Kennedy’s Disease (KD) is a rare neuromuscular disease and a form of adult-onset Spinal Muscular Atrophy (SMA) that is a result of mutations in the Androgen Receptor gene on the X chromosome. There are small increases in one specific region of the gene. The larger the increases, the earlier the onset and the more pronounced the symptoms.
KD is also known as Spinal Bulbar Muscular Atrophy (SBMA). It is an inherited chromosomal X-linked recessive disease that affects the spinal and bulbar neurons causing muscle wasting (atrophy) predominantly in the legs, arms, face and throat. It is estimated that one in 40,000 people worldwide have KD.
- Weakness of tongue and mouth muscles
- Problems breathing (breathy speech pattern)
- Difficulty swallowing
- Poor articulation
- Changes in voice and speech (harsh or strained voice, decrease in range of pitch)
- Hand tremors
- Decreased or absent deep tendon reflexes
- Twitching of muscles when at rest (Fasciculations)
- Cramps: Large muscle spasms
- Increased calf size due to cramps
- Loss of muscle bulk
- Erectile dysfunction
- Breast enlargement (Gynecomastia)
- Decreased size and function of testicles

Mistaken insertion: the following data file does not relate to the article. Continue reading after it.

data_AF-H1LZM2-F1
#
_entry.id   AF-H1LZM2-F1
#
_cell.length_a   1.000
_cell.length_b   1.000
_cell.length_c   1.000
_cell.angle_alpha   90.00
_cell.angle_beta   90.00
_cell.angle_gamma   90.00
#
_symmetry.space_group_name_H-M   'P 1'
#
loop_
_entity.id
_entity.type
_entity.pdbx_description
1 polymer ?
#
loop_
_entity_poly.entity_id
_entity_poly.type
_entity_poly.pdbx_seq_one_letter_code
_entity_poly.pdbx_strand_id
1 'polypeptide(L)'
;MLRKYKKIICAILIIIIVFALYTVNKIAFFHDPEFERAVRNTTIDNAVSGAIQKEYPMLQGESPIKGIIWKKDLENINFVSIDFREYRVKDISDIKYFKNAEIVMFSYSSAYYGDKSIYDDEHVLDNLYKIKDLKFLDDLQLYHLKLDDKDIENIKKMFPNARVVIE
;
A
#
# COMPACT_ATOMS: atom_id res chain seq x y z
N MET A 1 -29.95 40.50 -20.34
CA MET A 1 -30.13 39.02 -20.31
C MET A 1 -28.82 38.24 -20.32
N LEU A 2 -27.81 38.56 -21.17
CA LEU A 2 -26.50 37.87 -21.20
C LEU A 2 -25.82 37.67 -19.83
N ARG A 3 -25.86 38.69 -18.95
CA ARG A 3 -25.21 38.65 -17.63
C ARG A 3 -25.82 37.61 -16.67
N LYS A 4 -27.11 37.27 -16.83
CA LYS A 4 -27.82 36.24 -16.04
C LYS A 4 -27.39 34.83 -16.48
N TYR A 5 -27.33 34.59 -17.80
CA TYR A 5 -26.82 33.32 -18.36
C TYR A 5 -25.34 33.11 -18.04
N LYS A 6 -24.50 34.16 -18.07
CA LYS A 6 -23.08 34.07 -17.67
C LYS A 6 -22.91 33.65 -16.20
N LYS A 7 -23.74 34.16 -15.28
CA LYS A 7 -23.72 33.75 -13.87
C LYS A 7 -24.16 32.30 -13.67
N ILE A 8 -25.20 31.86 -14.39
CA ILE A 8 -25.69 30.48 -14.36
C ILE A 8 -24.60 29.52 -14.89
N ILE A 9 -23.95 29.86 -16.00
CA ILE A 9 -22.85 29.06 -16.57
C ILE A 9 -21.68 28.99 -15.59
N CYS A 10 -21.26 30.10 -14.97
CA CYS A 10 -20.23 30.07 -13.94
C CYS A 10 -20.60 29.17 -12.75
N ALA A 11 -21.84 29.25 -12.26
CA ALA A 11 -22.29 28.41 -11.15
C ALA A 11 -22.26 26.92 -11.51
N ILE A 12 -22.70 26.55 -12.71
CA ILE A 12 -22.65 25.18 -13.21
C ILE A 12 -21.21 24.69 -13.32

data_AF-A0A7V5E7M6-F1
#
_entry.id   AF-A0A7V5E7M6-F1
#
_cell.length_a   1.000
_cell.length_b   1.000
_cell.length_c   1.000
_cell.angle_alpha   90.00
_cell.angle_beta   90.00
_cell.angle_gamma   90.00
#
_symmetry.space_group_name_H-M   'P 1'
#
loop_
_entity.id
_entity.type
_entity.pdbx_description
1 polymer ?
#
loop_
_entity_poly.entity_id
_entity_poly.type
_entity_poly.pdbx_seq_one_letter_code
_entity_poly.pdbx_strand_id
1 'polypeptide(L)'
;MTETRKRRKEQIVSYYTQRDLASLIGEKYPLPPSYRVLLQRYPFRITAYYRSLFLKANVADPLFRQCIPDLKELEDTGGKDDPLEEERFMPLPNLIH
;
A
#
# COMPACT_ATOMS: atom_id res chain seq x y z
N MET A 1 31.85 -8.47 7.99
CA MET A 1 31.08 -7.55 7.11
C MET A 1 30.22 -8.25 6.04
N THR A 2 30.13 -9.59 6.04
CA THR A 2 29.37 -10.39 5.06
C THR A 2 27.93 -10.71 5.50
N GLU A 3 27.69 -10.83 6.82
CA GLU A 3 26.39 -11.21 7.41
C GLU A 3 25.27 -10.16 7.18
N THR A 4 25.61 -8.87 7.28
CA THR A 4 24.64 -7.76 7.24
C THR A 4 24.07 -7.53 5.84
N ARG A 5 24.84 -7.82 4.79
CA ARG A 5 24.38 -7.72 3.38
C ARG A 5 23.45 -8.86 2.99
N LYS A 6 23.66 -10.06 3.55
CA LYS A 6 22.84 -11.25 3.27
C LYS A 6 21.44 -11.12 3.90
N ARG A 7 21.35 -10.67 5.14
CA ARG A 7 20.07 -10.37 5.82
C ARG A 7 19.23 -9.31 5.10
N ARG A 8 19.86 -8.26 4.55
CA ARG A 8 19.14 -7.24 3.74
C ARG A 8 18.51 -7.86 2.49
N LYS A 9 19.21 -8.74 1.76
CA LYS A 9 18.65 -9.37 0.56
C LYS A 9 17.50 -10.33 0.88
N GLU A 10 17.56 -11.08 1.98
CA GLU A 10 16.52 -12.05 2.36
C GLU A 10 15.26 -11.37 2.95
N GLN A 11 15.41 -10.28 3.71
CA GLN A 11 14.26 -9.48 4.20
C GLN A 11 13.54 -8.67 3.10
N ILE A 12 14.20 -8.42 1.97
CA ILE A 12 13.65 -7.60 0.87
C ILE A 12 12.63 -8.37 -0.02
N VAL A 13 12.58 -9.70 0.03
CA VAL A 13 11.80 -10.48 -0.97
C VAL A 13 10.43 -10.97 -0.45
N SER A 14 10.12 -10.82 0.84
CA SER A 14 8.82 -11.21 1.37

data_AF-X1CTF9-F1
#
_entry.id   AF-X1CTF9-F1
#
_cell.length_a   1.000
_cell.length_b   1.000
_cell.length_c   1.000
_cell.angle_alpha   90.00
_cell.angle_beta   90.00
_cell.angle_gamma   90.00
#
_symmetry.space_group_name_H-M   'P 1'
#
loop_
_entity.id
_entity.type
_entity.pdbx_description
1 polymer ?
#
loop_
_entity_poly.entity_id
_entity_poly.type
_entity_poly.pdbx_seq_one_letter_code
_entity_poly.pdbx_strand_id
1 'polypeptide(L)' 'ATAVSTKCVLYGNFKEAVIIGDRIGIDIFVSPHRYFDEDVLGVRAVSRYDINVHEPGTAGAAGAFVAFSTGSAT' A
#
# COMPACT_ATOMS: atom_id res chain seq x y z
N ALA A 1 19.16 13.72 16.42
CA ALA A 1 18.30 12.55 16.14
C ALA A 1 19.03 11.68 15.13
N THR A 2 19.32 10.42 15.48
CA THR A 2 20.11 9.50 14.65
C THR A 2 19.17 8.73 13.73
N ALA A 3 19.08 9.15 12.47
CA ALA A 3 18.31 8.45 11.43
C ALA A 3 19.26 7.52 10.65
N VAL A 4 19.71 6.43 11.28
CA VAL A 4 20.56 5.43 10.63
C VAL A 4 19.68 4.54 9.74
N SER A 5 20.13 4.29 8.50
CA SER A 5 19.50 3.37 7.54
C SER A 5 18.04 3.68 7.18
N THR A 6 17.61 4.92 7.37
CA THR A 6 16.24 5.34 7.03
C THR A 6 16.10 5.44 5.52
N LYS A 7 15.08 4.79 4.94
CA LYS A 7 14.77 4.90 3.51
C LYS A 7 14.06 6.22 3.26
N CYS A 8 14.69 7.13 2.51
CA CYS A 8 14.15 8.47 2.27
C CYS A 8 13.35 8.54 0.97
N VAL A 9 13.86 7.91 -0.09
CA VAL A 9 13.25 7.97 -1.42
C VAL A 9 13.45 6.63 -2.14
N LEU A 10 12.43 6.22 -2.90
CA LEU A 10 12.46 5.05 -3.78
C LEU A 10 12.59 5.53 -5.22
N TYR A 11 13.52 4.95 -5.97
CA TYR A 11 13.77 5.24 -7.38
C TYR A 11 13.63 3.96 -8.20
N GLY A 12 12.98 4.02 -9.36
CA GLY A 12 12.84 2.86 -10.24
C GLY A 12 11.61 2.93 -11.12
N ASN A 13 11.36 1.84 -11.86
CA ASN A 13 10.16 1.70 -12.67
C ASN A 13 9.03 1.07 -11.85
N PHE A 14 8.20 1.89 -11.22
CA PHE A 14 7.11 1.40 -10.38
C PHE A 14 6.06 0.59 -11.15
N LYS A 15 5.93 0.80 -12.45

- Low sperm count
Other Facts and Characteristics
- Late onset: Symptoms usually develop in the late 30’s or later
- Progresses quite slowly
- Those living with KD have a nearly normal lifespan
- Females are rarely affected but can be carriers and experience a mild expression of the disease
Many people are not diagnosed for years. Due to similarities in symptoms, many people are misdiagnosed with ALS. KD can be diagnosed easily with a simple DNA blood test. Very often KD diagnosis is done between the ages of 20-50 years.
To date, KD is incurable and there are no treatments. Some people living with the disease do take prescribed medications to alleviate symptoms. Patients have reported that stretching exercises can help ease cramps and pain.
To learn more about Kennedy’s Disease click here.